How did Bow to Bluff attract thousands of citizens to a public engagement process?
Extra, extra! Read all about it! Get yer copy of the new Bow to Bluff Process Guide right here, hot off the presses!
You can view the Bow to Bluff Process Guide, as well as the appendices Part 1 and Part 2 (zip archive).
The Process Guide describes the citizen-led initiative to re-imagine the Bow to Bluff corridor as a great public space. The guide not only describes what happened during the pilot project, but also explains how this successful ‘experiment in public engagement’ was defined, organized, and executed by a small group of citizens, contractors, and key supporters, including the City and HSCA. The guide breaks the project down into its components and processes to help readers learn from and hopefully build on the Bow to Bluff experience.
Bow to Bluff Resources and Planning Committee (RPC) with Councillor Druh Farrell will formally present both the Design Framework and Process Guide to City Council for review and consideration in early July. We also hope to start working on selected small projects—look for some fun placemaking activities in the corridor over the summer!
Toronto’s Underpass Park and the Bow to Bluff project share similar challenges and yet each has found innovative design solutions for overcoming those challenges. Waterfront Toronto has a great spread of information on Underpass Park. The Toronto Star has also reviewed the progress in an online video.
The Bow to Bluff team is pleased to have put the final touches on the Bow to Bluff Design Framework. O2 Planning + Design were charged with pulling together over 2,000 individual ideas provided by over 2,500 engaged citizens – and it hasn’t been easy to synthesize all those ideas, big and small, into one coherent vision. Big thanks to O2! Among the larger themes are design solutions for replacement of the LRT fence, revitalization of pocket parks for active living and recreation, re-purposing some streets as shared environments for more than just cars, activating laneway mews, and creating a new central corridor civic space.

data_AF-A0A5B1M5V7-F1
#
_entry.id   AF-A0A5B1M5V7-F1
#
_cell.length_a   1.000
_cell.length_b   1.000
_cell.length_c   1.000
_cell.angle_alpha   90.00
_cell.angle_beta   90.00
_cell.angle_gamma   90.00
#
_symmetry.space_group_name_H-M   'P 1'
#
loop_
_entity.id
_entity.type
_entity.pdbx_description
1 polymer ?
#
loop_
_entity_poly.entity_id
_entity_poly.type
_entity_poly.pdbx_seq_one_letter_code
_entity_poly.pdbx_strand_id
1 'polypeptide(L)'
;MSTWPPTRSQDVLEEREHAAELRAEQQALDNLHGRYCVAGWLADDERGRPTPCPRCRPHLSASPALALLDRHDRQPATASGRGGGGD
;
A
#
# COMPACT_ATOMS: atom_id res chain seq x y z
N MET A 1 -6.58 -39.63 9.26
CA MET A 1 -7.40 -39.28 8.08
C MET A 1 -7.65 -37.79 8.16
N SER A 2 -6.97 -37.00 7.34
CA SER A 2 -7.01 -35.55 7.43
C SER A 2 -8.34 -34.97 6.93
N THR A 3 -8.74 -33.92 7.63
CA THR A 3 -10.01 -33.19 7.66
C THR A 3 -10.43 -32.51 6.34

The Design Framework provides an overall vision and broad design guidelines for future redevelopment and revitalization within the corridor. The Framework is intended to be used by developers (when preparing land use and development permit applications within the corridor), The City of Calgary (when addressing future public realm improvements when reviewing developer applications), and, the Hillhurst-Sunnyside Community Association (when commenting on land use rezoning and development permit applications). Local residents and citizens at-large are strongly encouraged to use the framework to understand the overall vision and champion implementation, particularly as it relates to flexible or temporary programmatic uses that activate and improve the quality of experience for all users of the corridor.
The Bow to Bluff team is helping take the Design Framework forward to City Council for review and formal consideration. This will hopefully establish a City adopted vision for change in the corridor and help facilitate revitalization overtime. But, producing a ‘vision’ document alone is not where Bow to Bluff sees the project as a true success. Our team will begin to reach out to all those citizens that participated in engagement process and we hope to rally the ‘Friends of Bow to Bluff’ to become a group of champions, who as small groups or individuals, begin to realize implementation of the vision. Let us know if you’d like to be a champion by emailing us at: email@example.com